What would happen if you could express your opinions directly to federal government agencies—before they make the decisions that affect your life? What if they paid attention?

That’s what the White House is aiming for. Earlier this week, the Obama administration released its Open Government Directive—an initiative to connect federal government agencies more closely with the public they serve. Much of the directive deals with transparency: publishing more data more promptly, creating open-government pages for each agency website, and so forth.

But transparency is only one-third of the equation. The directive also requires the agencies to integrate public participation into their decision making and use multiparty collaboration—with other agencies, nonprofits, even individuals—to pursue their core missions.

According to a White House press release on the website for the National Coalition for Dialogue & Deliberation (of which I’m honored to be a member), “The directive stems largely from the unprecedented Open Government Initiative…in which the Administration reached out directly to the American people for specific policy recommendations.  Thousands of citizens participated in the online forums and offered ideas on how to transform the government into a more transparent, accountable, participatory operation.”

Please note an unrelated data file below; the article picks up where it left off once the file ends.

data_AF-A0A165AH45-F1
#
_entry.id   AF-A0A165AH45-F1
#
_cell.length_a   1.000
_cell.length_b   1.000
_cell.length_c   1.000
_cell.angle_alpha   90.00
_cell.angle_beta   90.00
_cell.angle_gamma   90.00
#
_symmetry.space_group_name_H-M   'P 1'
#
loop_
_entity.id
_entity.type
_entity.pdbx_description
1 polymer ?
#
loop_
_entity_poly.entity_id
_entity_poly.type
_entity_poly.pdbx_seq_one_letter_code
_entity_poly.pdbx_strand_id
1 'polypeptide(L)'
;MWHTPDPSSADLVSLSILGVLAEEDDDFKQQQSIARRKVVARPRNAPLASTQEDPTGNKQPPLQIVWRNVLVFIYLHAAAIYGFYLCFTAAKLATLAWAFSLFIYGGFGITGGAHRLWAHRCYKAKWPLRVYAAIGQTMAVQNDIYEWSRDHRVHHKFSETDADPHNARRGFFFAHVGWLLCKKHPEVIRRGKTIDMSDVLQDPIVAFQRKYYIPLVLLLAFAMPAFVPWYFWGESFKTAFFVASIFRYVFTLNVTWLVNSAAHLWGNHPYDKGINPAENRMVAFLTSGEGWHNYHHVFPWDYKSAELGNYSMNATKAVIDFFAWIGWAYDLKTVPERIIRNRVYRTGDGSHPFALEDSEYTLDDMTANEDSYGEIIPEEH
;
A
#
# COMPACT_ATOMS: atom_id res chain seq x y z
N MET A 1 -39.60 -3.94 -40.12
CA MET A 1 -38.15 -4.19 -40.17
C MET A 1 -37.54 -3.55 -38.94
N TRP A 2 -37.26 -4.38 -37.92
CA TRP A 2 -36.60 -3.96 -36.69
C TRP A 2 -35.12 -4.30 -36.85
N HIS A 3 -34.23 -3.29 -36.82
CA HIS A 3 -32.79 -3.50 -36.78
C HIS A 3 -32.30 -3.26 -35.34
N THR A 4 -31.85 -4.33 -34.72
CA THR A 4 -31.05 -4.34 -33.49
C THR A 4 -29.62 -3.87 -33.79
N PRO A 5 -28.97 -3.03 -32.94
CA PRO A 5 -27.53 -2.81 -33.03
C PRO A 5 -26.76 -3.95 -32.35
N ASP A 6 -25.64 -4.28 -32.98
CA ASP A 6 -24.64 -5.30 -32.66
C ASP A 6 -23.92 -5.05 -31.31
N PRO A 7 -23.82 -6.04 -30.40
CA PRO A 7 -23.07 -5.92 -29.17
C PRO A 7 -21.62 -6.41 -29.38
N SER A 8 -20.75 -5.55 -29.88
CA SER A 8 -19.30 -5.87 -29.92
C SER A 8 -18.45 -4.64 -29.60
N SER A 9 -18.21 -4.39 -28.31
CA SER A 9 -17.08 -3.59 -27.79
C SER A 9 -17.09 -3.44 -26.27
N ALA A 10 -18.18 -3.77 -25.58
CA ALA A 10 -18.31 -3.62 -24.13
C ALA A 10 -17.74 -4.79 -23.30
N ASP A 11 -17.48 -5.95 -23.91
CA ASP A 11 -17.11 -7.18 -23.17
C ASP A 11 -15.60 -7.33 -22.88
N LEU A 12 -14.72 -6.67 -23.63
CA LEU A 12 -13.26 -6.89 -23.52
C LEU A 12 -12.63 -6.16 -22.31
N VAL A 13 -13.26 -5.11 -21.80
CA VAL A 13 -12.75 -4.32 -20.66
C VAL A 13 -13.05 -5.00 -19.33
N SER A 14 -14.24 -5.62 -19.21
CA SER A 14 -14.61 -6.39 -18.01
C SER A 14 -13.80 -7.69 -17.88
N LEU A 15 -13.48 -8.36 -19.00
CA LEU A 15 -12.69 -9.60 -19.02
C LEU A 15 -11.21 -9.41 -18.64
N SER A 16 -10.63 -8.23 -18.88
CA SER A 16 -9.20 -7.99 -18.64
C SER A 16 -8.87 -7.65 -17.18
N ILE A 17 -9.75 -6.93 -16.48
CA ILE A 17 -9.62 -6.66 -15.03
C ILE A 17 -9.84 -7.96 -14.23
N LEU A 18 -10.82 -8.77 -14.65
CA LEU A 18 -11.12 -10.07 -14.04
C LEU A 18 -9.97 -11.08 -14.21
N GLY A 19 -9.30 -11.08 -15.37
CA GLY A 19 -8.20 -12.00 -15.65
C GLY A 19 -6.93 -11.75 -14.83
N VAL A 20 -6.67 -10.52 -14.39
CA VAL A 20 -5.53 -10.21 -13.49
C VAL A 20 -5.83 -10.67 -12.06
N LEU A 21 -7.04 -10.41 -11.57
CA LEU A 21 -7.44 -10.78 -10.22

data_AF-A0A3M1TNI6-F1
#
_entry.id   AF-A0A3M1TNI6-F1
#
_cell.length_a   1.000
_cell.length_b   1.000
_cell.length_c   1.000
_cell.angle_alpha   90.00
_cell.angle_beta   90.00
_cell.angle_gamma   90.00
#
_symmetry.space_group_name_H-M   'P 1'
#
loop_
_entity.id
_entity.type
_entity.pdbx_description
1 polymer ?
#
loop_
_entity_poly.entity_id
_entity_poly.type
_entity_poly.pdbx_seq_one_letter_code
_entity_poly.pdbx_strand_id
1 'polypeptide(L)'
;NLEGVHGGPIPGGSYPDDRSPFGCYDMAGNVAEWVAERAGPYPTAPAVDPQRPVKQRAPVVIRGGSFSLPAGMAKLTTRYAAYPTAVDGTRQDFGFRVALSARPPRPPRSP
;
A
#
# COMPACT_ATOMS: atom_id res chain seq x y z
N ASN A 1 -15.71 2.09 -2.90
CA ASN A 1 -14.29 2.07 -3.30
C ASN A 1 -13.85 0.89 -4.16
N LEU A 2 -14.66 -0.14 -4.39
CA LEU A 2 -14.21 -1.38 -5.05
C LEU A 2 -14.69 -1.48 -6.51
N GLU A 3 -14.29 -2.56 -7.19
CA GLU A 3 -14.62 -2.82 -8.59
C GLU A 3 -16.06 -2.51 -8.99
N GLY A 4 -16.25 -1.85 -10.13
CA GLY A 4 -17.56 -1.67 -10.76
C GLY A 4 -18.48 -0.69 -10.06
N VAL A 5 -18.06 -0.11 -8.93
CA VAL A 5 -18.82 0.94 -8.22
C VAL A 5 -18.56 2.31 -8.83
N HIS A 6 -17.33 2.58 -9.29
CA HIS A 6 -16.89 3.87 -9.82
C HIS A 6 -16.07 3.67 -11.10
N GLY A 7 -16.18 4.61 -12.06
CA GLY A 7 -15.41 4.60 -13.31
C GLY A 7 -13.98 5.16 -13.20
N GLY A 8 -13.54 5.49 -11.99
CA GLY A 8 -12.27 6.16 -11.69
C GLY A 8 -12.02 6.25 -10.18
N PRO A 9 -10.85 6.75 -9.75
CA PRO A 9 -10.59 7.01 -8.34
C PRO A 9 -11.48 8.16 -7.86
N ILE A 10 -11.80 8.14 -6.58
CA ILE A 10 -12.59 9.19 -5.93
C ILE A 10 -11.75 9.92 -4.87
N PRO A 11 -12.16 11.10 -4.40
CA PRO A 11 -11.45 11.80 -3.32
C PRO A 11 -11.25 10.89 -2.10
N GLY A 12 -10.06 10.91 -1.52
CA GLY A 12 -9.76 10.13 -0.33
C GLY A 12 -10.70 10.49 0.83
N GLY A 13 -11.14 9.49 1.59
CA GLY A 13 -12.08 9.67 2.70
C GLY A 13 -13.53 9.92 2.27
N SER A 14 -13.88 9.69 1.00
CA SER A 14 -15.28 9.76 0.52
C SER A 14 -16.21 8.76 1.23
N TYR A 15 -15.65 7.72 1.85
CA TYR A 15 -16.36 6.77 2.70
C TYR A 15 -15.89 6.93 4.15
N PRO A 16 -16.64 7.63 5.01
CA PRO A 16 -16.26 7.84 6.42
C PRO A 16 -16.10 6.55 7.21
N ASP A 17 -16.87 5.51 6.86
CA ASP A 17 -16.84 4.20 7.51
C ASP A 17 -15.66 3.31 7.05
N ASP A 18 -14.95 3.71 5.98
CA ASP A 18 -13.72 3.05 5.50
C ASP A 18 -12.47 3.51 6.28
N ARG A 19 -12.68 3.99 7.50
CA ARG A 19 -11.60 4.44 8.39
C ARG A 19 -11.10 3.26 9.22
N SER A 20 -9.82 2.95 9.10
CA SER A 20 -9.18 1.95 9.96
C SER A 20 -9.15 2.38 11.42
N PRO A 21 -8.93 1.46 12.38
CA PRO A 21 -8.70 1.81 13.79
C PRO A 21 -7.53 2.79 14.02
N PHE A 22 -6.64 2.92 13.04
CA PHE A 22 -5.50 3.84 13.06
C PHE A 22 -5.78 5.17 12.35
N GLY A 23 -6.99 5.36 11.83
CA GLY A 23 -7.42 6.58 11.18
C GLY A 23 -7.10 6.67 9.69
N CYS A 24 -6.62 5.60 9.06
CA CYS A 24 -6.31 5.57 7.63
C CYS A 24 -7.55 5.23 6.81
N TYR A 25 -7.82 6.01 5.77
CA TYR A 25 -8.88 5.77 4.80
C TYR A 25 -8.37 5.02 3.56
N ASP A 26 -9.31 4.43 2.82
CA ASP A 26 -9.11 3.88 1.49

Several nuggets in that last sentence. First, this just might work. Clearly the government modeled public participation in creating the whole Open Government Directive, and thousands of citizens responded. Second, online technology facilitates participation on a level unheard of in previous generations. Third, although agencies have long provided opportunity for public comment on pending regulation, this directive aims at institutionalizing the whole notion of open government—spreading it into every aspect of agency culture.

This is still embryonic, of course, and a ton of questions remain. The directive doesn’t mandate specific steps—simply that agencies create plans for open government. Changing bureaucracies, by its very nature, is arduous and takes time. Some dialogue professionals are underwhelmed with this effort, seeing it as focusing too much on transparency and not enough on participation or collaboration.

But the thought that our government might actually want to dialogue with us is a refreshing change from business as usual. Stay tuned.